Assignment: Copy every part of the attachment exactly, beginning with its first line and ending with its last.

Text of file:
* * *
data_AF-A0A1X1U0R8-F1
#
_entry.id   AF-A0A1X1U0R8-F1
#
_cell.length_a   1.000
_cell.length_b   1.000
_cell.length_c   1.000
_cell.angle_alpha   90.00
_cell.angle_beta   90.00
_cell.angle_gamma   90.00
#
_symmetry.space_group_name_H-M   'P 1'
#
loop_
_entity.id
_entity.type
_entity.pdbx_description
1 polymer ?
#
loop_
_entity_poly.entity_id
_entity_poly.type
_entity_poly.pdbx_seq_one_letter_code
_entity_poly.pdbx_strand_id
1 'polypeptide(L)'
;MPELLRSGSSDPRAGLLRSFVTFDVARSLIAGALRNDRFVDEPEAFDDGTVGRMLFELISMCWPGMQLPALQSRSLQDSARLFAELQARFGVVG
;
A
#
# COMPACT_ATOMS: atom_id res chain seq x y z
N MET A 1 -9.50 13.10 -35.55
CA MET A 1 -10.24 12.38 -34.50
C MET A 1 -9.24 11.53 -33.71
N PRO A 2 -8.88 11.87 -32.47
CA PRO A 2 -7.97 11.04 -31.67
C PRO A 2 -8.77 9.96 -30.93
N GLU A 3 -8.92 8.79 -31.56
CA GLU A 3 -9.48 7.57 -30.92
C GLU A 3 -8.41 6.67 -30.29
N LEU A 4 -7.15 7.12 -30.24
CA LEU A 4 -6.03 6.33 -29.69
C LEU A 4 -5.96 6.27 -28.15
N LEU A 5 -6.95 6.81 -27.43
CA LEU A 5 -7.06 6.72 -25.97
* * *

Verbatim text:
data_AF-A0A1X1U0R8-F1
#
_entry.id   AF-A0A1X1U0R8-F1
#
_cell.length_a   1.000
_cell.length_b   1.000
_cell.length_c   1.000
_cell.angle_alpha   90.00
_cell.angle_beta   90.00
_cell.angle_gamma   90.00
#
_symmetry.space_group_name_H-M   'P 1'
#
loop_
_entity.id
_entity.type
_entity.pdbx_description
1 polymer ?
#
loop_
_entity_poly.entity_id
_entity_poly.type
_entity_poly.pdbx_seq_one_letter_code
_entity_poly.pdbx_strand_id
1 'polypeptide(L)'
;MPELLRSGSSDPRAGLLRSFVTFDVARSLIAGALRNDRFVDEPEAFDDGTVGRMLFELISMCWPGMQLPALQSRSLQDSARLFAELQARFGVVG
;
A
#
# COMPACT_ATOMS: atom_id res chain seq x y z
N MET A 1 -9.50 13.10 -35.55
CA MET A 1 -10.24 12.38 -34.50
C MET A 1 -9.24 11.53 -33.71
N PRO A 2 -8.88 11.87 -32.47
CA PRO A 2 -7.97 11.04 -31.67
C PRO A 2 -8.77 9.96 -30.93
N GLU A 3 -8.92 8.79 -31.56
CA GLU A 3 -9.48 7.57 -30.92
C GLU A 3 -8.41 6.67 -30.29
N LEU A 4 -7.15 7.12 -30.24
CA LEU A 4 -6.03 6.33 -29.69
C LEU A 4 -5.96 6.27 -28.15
N LEU A 5 -6.95 6.81 -27.43
CA LEU A 5 -7.06 6.72 -25.97